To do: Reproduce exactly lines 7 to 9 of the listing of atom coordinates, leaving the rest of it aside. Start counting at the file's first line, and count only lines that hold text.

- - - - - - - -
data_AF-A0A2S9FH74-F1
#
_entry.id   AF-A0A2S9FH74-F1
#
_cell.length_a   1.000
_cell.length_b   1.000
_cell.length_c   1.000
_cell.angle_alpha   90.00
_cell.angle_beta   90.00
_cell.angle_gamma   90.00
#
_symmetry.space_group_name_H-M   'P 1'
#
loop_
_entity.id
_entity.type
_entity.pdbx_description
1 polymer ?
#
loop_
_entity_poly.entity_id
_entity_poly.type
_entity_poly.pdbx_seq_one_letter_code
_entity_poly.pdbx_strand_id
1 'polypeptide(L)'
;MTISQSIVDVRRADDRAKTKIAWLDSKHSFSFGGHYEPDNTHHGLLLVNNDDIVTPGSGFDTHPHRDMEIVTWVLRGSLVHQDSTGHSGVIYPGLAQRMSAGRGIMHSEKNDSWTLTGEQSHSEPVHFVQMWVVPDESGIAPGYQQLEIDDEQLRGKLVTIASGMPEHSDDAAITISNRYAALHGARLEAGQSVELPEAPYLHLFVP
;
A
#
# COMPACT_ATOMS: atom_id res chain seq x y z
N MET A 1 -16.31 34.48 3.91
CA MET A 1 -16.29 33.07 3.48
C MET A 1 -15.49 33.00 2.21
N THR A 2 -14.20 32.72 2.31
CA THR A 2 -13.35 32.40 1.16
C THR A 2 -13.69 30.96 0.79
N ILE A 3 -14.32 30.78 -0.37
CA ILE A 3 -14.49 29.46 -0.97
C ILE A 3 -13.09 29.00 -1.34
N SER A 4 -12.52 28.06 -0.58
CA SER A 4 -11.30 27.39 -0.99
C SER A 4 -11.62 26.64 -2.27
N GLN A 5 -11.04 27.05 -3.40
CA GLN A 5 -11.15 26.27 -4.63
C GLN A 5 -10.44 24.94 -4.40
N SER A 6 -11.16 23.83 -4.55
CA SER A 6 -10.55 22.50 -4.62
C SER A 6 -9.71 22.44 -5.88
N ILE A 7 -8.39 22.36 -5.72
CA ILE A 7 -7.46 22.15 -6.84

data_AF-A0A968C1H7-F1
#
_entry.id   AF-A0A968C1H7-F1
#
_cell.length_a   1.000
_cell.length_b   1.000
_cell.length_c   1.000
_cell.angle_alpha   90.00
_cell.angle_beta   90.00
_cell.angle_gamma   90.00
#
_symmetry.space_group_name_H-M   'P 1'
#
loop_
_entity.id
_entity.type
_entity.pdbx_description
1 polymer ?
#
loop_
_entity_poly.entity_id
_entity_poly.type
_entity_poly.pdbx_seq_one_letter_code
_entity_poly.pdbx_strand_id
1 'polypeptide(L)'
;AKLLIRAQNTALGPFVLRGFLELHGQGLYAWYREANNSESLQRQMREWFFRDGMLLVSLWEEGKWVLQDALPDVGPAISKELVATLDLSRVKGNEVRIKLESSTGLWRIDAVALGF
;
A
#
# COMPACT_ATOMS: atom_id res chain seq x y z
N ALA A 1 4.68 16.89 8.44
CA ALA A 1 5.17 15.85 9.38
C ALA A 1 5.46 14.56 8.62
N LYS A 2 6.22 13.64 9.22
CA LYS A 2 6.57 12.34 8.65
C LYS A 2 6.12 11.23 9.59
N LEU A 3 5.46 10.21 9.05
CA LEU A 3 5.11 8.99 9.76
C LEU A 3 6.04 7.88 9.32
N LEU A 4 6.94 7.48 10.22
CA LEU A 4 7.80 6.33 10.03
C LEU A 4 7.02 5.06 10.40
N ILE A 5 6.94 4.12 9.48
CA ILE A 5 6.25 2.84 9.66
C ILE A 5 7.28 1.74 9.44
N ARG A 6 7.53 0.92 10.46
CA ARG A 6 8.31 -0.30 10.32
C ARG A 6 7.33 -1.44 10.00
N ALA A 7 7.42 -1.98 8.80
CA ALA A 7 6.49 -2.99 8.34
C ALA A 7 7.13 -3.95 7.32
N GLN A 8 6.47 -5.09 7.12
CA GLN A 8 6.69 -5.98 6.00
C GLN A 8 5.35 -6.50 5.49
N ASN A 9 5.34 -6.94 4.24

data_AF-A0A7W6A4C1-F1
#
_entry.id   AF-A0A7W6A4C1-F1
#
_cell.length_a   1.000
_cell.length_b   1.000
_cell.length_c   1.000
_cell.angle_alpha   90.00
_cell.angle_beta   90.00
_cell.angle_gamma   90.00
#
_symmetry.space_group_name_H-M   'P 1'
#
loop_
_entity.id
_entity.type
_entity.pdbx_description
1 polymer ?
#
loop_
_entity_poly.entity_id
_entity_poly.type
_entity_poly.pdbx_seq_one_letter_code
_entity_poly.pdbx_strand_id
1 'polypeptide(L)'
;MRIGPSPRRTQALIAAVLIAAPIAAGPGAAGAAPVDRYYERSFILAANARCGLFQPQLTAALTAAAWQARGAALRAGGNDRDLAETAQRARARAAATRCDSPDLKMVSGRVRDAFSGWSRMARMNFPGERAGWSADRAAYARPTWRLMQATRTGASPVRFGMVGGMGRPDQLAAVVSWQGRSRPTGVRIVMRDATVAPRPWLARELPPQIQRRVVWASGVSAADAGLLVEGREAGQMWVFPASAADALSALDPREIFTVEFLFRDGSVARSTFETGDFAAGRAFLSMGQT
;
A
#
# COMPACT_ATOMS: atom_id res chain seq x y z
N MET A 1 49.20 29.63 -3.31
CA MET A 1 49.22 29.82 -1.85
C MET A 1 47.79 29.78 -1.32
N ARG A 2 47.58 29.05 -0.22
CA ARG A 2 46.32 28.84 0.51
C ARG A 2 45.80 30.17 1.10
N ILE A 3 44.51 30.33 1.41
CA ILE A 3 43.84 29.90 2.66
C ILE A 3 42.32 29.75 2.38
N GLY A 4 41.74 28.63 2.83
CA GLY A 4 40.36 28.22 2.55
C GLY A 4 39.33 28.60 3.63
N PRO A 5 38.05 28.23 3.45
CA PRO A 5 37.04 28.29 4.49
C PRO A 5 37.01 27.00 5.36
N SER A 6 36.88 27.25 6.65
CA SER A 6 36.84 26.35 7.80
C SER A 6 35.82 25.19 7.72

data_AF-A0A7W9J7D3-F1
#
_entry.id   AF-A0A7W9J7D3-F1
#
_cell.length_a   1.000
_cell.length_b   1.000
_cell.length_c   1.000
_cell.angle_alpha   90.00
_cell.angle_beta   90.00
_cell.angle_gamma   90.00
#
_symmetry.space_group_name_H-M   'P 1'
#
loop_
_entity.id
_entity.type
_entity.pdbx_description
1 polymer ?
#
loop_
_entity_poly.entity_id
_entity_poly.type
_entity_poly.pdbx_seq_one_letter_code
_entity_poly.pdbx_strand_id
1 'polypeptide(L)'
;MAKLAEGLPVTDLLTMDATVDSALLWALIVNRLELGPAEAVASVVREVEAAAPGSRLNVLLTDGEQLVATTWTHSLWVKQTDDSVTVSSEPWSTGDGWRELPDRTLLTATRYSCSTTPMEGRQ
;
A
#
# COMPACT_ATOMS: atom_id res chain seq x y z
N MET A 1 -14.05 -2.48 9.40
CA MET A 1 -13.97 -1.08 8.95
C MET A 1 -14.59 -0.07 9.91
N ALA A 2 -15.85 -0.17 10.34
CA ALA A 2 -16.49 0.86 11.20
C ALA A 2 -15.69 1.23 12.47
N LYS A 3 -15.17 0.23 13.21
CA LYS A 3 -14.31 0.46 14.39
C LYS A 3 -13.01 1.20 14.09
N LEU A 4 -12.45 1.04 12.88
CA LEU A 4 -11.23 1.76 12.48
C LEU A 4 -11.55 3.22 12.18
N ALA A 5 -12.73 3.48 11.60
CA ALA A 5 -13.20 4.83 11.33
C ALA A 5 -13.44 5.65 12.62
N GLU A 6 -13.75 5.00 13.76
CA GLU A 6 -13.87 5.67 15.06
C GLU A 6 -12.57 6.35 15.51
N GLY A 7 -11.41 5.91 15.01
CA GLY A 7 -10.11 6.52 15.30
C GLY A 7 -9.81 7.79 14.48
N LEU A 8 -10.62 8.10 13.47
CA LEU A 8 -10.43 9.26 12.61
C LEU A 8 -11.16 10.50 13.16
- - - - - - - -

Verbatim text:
_cell.length_c   1.000
_cell.angle_alpha   90.00
_cell.angle_beta   90.00